Irezumi

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Irezumi [ee-reh-zoo-mee] (literally ‘insert ink’) refers to the insertion of ink under the skin to leave a permanent, usually decorative mark; a form of Japanese tattooing. Tattooing for spiritual and decorative purposes in Japan is thought to extend back to the paleolithic period (approximately 10,000 BCE). Some scholars have suggested that the distinctive cord-marked patterns observed on the faces and bodies of figures dated to that period represent tattoos, but this claim is controversial. There are similarities, however, between such markings and the tattoo traditions observed in other contemporaneous cultures.

 In the following Yayoi period (c. 300 BCE–300) tattoo designs were observed and remarked upon by Chinese visitors. Such designs were thought to have spiritual significance as well as functioning as a status symbol. Starting in the Kofun period (300–600) tattoos began to assume negative connotations. Instead of being used for ritual or status purposes, tattooed marks began to be placed on criminals as a punishment (this was mirrored in ancient Rome, where slaves were known to have been tattooed with mottoes such as ‘I am a slave who has run away from his master’). The Ainu people, the indigenous people of Japan, are known to have used tattoos for decorative and social purposes, but there is no known relation to the development of irezumi.

Until the Edo period (1600–1868) the role of tattoos in Japanese society fluctuated. Tattooed marks were still used as punishment, but minor fads for decorative tattoos—some featuring designs that would be completed only when lovers’ hands were joined—also came and went. It was in the Edo period, however, that Japanese decorative tattooing began to develop into the advanced art form it is today. The impetus for the art came from woodblock printing and the release of the popular Chinese novel ‘Suikoden,’ a tale of rebel courage and manly bravery illustrated with lavish woodblock prints showing men in heroic scenes, their bodies decorated with dragons and other mythical beasts, flowers, ferocious tigers and religious images. The novel was an immediate success, and demand for the type of tattoos seen in its illustrations was simultaneous. Woodblock artists began tattooing. They used many of the same tools for imprinting designs in human flesh as they did to create their woodblock prints, including chisels, gouges and, most importantly, unique ink known as Nara ink, or Nara black, the ink that famously turns blue-green under the skin.

There is academic debate over who wore these elaborate tattoos. Some scholars say that it was the lower classes who wore—and flaunted—such tattoos. Others claim that wealthy merchants, barred by law from flaunting their wealth, wore expensive irezumi under their clothes. It is known for certain that irezumi became associated with firemen, dashing figures of bravery and roguish sex-appeal who wore them as a form of spiritual protection (and, no doubt, for their beauty as well). At the beginning of the Meiji period in the modern era, the Japanese government, wanting to protect its image and make a good impression on the West, outlawed tattoos, and irezumi took on connotations of criminality. Nevertheless, fascinated foreigners went to Japan seeking the skills of tattoo artists, and traditional tattooing continued underground.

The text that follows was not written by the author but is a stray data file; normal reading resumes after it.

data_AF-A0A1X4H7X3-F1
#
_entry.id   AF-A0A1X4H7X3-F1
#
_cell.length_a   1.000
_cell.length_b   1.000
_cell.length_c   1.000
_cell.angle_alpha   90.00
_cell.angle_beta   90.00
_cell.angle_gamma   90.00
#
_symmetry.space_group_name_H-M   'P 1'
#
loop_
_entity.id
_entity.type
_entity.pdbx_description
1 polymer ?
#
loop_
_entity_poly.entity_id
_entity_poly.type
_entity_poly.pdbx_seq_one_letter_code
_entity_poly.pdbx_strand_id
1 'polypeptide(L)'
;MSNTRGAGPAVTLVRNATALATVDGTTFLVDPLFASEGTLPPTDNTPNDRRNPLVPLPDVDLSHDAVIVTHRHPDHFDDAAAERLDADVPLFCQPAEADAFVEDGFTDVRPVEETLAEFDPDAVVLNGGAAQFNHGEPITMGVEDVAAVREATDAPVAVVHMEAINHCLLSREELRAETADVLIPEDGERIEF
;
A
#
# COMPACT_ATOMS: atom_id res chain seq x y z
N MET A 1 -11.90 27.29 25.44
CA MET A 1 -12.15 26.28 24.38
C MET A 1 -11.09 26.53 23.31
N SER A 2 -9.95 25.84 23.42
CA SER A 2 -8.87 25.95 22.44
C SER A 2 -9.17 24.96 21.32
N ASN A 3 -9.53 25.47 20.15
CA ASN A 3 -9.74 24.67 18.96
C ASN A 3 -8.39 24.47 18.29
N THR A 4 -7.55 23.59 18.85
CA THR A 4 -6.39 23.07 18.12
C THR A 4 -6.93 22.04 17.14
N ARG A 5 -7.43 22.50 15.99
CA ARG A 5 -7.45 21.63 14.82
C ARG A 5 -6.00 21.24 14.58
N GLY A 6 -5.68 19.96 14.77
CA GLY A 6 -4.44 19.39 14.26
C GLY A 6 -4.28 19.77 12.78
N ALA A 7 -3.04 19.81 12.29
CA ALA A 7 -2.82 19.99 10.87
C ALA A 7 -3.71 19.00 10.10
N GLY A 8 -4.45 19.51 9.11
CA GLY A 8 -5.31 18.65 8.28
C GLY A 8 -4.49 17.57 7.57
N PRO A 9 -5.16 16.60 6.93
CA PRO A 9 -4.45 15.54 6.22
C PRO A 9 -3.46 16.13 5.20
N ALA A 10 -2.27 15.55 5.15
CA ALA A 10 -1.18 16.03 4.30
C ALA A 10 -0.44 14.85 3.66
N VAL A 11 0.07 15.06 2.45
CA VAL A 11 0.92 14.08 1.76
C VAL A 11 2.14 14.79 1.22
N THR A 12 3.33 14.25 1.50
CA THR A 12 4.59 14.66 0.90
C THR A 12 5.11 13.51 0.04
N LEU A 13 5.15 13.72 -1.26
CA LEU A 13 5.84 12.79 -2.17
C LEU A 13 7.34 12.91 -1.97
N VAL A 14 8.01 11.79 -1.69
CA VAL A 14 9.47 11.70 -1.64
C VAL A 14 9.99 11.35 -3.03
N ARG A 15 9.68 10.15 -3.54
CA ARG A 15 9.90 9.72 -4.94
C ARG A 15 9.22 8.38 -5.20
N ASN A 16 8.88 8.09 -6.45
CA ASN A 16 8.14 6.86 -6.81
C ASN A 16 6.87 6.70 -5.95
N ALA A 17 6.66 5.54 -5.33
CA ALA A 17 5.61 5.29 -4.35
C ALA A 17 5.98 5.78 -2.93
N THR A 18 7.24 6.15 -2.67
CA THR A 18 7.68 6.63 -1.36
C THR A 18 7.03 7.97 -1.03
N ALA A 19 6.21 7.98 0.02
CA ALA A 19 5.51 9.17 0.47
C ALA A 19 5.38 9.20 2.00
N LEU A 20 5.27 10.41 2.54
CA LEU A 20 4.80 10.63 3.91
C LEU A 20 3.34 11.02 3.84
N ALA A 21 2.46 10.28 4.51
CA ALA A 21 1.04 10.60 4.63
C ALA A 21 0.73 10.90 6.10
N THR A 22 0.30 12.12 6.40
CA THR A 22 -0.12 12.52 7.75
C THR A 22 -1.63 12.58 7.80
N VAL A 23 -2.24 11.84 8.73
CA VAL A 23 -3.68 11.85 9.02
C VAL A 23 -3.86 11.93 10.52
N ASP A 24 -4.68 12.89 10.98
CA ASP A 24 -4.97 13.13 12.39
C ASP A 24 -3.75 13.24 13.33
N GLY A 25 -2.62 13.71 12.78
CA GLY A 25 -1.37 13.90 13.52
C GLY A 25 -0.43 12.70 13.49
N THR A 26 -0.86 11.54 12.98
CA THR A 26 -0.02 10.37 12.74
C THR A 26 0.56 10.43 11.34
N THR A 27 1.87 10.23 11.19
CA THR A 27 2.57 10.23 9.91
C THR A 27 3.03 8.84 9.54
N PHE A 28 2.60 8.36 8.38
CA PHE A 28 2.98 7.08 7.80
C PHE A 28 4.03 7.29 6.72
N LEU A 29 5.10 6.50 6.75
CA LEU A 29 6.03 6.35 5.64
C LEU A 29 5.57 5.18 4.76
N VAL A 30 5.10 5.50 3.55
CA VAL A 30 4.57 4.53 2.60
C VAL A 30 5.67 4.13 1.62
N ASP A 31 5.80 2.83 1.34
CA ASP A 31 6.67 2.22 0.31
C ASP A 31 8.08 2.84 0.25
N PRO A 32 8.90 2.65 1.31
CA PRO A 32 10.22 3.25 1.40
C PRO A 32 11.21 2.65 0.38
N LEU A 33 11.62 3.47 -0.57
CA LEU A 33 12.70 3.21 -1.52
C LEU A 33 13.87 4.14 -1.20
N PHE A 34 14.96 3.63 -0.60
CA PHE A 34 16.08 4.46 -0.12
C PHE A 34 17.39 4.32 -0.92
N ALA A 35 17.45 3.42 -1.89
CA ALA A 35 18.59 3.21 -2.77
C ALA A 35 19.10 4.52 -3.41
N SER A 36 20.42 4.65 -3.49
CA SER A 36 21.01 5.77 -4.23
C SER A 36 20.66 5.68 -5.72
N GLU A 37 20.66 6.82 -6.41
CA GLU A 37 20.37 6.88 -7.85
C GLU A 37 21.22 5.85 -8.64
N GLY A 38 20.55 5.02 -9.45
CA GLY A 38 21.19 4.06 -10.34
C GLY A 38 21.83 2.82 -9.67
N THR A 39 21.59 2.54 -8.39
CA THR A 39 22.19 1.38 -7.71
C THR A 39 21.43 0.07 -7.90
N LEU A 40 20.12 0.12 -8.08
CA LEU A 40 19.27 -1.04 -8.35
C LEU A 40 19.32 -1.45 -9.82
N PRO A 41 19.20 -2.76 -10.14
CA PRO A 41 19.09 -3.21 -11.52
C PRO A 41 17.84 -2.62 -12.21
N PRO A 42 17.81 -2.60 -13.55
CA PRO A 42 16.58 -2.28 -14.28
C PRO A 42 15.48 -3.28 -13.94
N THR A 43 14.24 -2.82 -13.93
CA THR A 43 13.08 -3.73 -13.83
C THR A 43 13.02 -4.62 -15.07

Tattooing was legalized by the occupation forces in 1948, but has retained its image of criminality. For many years, traditional Japanese tattoos were associated with the yakuza, Japan’s notorious mafia, and many businesses in Japan (such as public baths, fitness centers and hot springs) still ban customers with tattoos. Tattooing and other forms of body decoration and body modification, as in much of the western world, are gaining in popularity in Japan. However, Japanese young people who choose to get tattooed are most often choosing ‘one point’ designs—small designs that can be completed in one sitting—usually in the American or tribal styles. More recently, however sanskrit Siddham script tattoos are becoming more and more fashionable. Traditional irezumi is still done by specialist tattooists, but it is painful, time-consuming and expensive: a typical traditional body suit (covering the arms, back, upper legs and chest, but leaving an untattooed space down the center of the body) can take one to five years of weekly visits to complete and cost in excess of US$30,000.

The prospective tattooee must first find a traditional tattoo artist. This in itself can be a daunting task (though it has been made easier by advent of the Internet) because such artists are often surprisingly secretive, and introductions are frequently made by word of mouth only. A traditional tattoo artist trains for many years under a master. He (for they are nearly exclusively male) will sometimes live in the master’s house. He may spend years cleaning the studio, observing, practicing on his own flesh, making the needles and other tools required, mixing inks, and painstakingly copying designs from the master’s book before he is allowed to tattoo clients. He must master all the intricate skills—unique styles of shading, the techniques used for tattooing by hand—required to create the tattoos his clients will request. He will usually be given a tattoo name by his master, most often incorporating the word ‘hori’ (to engrave) and a syllable derived from the master’s own name or some other significant word. In some cases, the apprentice will take the master’s name, and will become ‘The Second’ or ‘Third’ (and so on).

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